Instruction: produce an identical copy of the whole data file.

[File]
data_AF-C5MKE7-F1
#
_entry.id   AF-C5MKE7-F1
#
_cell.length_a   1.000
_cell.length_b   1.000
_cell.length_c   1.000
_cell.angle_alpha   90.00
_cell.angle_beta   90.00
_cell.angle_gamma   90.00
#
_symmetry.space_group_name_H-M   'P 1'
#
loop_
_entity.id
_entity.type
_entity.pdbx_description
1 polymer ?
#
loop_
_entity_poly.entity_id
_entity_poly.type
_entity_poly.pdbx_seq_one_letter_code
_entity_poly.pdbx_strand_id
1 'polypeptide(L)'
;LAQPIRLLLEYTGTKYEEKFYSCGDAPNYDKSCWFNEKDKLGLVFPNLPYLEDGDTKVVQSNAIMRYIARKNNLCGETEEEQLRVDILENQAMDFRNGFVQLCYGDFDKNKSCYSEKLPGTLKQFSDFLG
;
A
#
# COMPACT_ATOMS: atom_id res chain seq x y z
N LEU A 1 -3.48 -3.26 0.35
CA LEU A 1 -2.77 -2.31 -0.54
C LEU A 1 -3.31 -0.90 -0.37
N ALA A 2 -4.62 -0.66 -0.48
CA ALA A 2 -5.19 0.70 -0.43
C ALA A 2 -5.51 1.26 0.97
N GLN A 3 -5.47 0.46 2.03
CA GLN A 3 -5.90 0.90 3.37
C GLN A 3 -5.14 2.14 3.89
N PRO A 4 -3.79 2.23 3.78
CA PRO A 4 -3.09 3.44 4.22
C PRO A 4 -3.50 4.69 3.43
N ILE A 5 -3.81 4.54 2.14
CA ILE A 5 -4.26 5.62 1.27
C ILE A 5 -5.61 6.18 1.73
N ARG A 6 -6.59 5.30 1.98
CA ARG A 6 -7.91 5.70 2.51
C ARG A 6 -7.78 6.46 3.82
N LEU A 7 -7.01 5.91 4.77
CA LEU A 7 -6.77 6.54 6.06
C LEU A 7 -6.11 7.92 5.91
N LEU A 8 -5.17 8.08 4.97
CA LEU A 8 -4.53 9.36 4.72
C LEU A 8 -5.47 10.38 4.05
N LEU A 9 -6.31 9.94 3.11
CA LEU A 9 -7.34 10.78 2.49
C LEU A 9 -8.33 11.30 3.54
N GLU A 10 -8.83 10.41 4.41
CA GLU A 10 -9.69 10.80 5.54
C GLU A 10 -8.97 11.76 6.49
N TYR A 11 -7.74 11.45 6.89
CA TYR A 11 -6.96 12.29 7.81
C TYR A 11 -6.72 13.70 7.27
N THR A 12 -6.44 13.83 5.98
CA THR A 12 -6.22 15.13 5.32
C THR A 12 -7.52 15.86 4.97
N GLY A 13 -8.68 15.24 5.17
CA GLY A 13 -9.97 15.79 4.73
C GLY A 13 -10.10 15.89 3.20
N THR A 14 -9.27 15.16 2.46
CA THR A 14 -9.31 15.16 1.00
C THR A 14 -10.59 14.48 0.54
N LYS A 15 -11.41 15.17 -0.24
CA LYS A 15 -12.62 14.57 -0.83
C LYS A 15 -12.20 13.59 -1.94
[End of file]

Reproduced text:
data_AF-C5MKE7-F1
#
_entry.id   AF-C5MKE7-F1
#
_cell.length_a   1.000
_cell.length_b   1.000
_cell.length_c   1.000
_cell.angle_alpha   90.00
_cell.angle_beta   90.00
_cell.angle_gamma   90.00
#
_symmetry.space_group_name_H-M   'P 1'
#
loop_
_entity.id
_entity.type
_entity.pdbx_description
1 polymer ?
#
loop_
_entity_poly.entity_id
_entity_poly.type
_entity_poly.pdbx_seq_one_letter_code
_entity_poly.pdbx_strand_id
1 'polypeptide(L)'
;LAQPIRLLLEYTGTKYEEKFYSCGDAPNYDKSCWFNEKDKLGLVFPNLPYLEDGDTKVVQSNAIMRYIARKNNLCGETEEEQLRVDILENQAMDFRNGFVQLCYGDFDKNKSCYSEKLPGTLKQFSDFLG
;
A
#
# COMPACT_ATOMS: atom_id res chain seq x y z
N LEU A 1 -3.48 -3.26 0.35
CA LEU A 1 -2.77 -2.31 -0.54
C LEU A 1 -3.31 -0.90 -0.37
N ALA A 2 -4.62 -0.66 -0.48
CA ALA A 2 -5.19 0.70 -0.43
C ALA A 2 -5.51 1.26 0.97
N GLN A 3 -5.47 0.46 2.03
CA GLN A 3 -5.90 0.90 3.37
C GLN A 3 -5.14 2.14 3.89
N PRO A 4 -3.79 2.23 3.78
CA PRO A 4 -3.09 3.44 4.22
C PRO A 4 -3.50 4.69 3.43
N ILE A 5 -3.81 4.54 2.14
CA ILE A 5 -4.26 5.62 1.27
C ILE A 5 -5.61 6.18 1.73
N ARG A 6 -6.59 5.30 1.98
CA ARG A 6 -7.91 5.70 2.51
C ARG A 6 -7.78 6.46 3.82
N LEU A 7 -7.01 5.91 4.77
CA LEU A 7 -6.77 6.54 6.06
C LEU A 7 -6.11 7.92 5.91
N LEU A 8 -5.17 8.08 4.97
CA LEU A 8 -4.53 9.36 4.72
C LEU A 8 -5.47 10.38 4.05
N LEU A 9 -6.31 9.94 3.11
CA LEU A 9 -7.34 10.78 2.49
C LEU A 9 -8.33 11.30 3.54
N GLU A 10 -8.83 10.41 4.41
CA GLU A 10 -9.69 10.80 5.54
C GLU A 10 -8.97 11.76 6.49
N TYR A 11 -7.74 11.45 6.89
CA TYR A 11 -6.96 12.29 7.81
C TYR A 11 -6.72 13.70 7.27
N THR A 12 -6.44 13.83 5.98
CA THR A 12 -6.22 15.13 5.32
C THR A 12 -7.52 15.86 4.97
N GLY A 13 -8.68 15.24 5.17
CA GLY A 13 -9.97 15.79 4.73
C GLY A 13 -10.10 15.89 3.20
N THR A 14 -9.27 15.16 2.46
CA THR A 14 -9.31 15.16 1.00
C THR A 14 -10.59 14.48 0.54
N LYS A 15 -11.41 15.17 -0.24
CA LYS A 15 -12.62 14.57 -0.83
C LYS A 15 -12.20 13.59 -1.94